There is no single manual for how to be an entrepreneur — though that fact is what makes the unique career path so enticing, it is also what makes it incredibly daunting at times. The unknown possibilities and the potential downfalls can be difficult to navigate, and mistakes are inevitable for every business owner. Most of the expertise is learned along the way, directly from the experiences that many dread to undertake.
Though there are many business books to read and entrepreneurship blogs to subscribe to — such as the very one you’re reading now — skimming stories on a computer screen and making your own mistakes aren’t the only ways to learn best business practices. In fact, a panel of young entrepreneurs argue that some of the greatest teachers of entrepreneurship are found in the unlikeliest of places — reality television.
New York, are you ready?
We’re building Momentum: an all killer, no filler event this November.
I asked these successful startup experts what reality shows they’re watching to learn more about their craft. Find out what their guilty pleasures are, and what they’re learning from these sharks, dragons and uncontrollable TV personalities.
What is one reality show that you watch that teaches you a lot about entrepreneurship?
The following answers are provided by the Young Entrepreneur Council (YEC), an invite-only nonprofit organization comprised of the world’s most promising young entrepreneurs. The YEC leads #FixYoungAmerica, a solutions-based movement that aims to end youth unemployment and put young Americans back to work.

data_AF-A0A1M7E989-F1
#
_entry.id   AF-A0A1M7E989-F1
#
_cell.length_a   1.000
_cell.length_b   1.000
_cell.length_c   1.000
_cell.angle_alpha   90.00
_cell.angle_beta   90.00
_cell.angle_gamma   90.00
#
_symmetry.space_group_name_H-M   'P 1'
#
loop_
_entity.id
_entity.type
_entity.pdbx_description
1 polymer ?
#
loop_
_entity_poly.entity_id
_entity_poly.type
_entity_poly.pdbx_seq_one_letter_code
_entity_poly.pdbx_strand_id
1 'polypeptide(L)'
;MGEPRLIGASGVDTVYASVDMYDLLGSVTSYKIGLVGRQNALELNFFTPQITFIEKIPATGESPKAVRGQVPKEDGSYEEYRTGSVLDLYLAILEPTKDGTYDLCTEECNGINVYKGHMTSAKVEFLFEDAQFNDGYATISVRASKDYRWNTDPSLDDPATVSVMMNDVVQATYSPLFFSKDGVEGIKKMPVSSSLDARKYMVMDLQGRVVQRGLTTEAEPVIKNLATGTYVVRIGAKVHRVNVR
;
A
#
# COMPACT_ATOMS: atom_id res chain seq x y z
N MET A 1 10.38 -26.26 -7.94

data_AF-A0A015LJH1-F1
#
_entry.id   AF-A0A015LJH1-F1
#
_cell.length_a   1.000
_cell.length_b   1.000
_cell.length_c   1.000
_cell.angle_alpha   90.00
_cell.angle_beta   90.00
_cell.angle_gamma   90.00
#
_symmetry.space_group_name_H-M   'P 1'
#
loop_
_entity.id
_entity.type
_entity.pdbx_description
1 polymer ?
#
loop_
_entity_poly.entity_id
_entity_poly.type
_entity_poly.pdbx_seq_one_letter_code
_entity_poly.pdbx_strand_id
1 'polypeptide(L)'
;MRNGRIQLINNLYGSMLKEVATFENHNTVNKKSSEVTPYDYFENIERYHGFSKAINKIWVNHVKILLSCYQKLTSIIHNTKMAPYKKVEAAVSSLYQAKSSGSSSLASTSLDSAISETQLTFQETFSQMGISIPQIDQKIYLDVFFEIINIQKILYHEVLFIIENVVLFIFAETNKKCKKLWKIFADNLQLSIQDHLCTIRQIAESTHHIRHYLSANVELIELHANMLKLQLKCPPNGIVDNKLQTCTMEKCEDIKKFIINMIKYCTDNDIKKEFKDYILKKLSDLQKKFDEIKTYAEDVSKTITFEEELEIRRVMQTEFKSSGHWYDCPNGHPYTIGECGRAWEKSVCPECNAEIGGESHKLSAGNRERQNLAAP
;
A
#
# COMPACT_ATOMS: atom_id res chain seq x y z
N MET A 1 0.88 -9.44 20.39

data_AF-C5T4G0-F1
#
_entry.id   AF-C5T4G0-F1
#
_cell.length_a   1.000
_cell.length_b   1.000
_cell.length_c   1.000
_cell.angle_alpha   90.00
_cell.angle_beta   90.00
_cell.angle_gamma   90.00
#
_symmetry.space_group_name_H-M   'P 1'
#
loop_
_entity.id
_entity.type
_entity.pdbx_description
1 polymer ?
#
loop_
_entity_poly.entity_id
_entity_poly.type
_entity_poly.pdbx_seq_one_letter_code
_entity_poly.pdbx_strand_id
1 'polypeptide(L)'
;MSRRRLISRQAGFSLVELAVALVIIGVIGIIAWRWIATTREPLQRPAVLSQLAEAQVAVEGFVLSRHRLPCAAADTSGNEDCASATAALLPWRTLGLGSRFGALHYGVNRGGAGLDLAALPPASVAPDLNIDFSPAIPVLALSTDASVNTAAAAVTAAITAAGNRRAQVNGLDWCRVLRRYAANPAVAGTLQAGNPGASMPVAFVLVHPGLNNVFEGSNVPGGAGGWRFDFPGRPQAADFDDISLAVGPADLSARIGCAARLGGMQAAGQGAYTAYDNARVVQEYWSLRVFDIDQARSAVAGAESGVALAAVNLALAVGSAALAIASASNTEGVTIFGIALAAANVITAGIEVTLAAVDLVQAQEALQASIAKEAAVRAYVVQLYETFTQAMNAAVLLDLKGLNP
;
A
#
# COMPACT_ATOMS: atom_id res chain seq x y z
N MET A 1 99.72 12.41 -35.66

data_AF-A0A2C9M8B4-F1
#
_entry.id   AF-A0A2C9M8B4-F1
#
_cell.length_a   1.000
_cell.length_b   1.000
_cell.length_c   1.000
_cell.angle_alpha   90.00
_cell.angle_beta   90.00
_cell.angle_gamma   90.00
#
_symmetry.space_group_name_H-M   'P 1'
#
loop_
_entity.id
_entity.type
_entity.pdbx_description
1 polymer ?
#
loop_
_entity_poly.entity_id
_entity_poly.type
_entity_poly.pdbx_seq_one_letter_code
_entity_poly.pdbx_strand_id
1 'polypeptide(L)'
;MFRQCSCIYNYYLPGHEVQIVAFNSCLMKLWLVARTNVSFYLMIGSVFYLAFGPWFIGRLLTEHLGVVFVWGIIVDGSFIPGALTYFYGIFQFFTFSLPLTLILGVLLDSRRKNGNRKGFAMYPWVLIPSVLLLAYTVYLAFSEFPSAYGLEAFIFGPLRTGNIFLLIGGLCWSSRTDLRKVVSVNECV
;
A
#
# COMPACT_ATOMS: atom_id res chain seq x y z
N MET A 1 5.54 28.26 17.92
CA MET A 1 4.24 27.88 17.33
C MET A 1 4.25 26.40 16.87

1. Shark Tank
“It may be one of the only popular TV shows that showcases entrepreneurs looking to attract venture capitalists and investors for equity in their company. It shows how the entrepreneurs build their product and company, then try to increase distribution, service, and marketing.”
2. Keeping Up with the Kardashians
“This show is a perfect example of how a great personal/company brand can make you money, no matter what your product is. Many people say that they don’t know why the Kardashians are famous, but you have to respect the fact that they have built a strong personal brand behind the Kardashian name.”
3. Dragons’ Den
“I’m a big fan of Dragons’ Den, the Canadian version of Shark Tank. The fact that they’re constantly denying contestants who don’t know their business figures is a great reminder to stay on top of your revenue, profit, and growth projections.”
4. The Apprentice
“I personally haven’t watched Donald Trump’s show in years, but I can say that the first few seasons were amazing. I’d highly recommend watching the first three seasons to learn about entrepreneurship and for some entertaining drama.”
5. Tabatha Takes Over
“Bravo’s Tabatha Takes Over is full of lessons for entrepreneurs who are struggling. Every episode has an owner who isn’t marketing enough, does not measure what works and has not focused on a great customer experience. Although Tabatha’s direct manner comes across as rude, by the end of the show most of the business sees how much she’s contributed.”
6. Restaurant Impossible
“Even though the show is centered around the food industry you can still learn a lot from others’ mistakes. Every business is the same to the core of how it functions and must accept change as you go. Seeing these business owners make mistakes can either prepare you or teach you something about your own business. The show teaches you that things happen, but you have to keep going.”
7. Kitchen Nightmares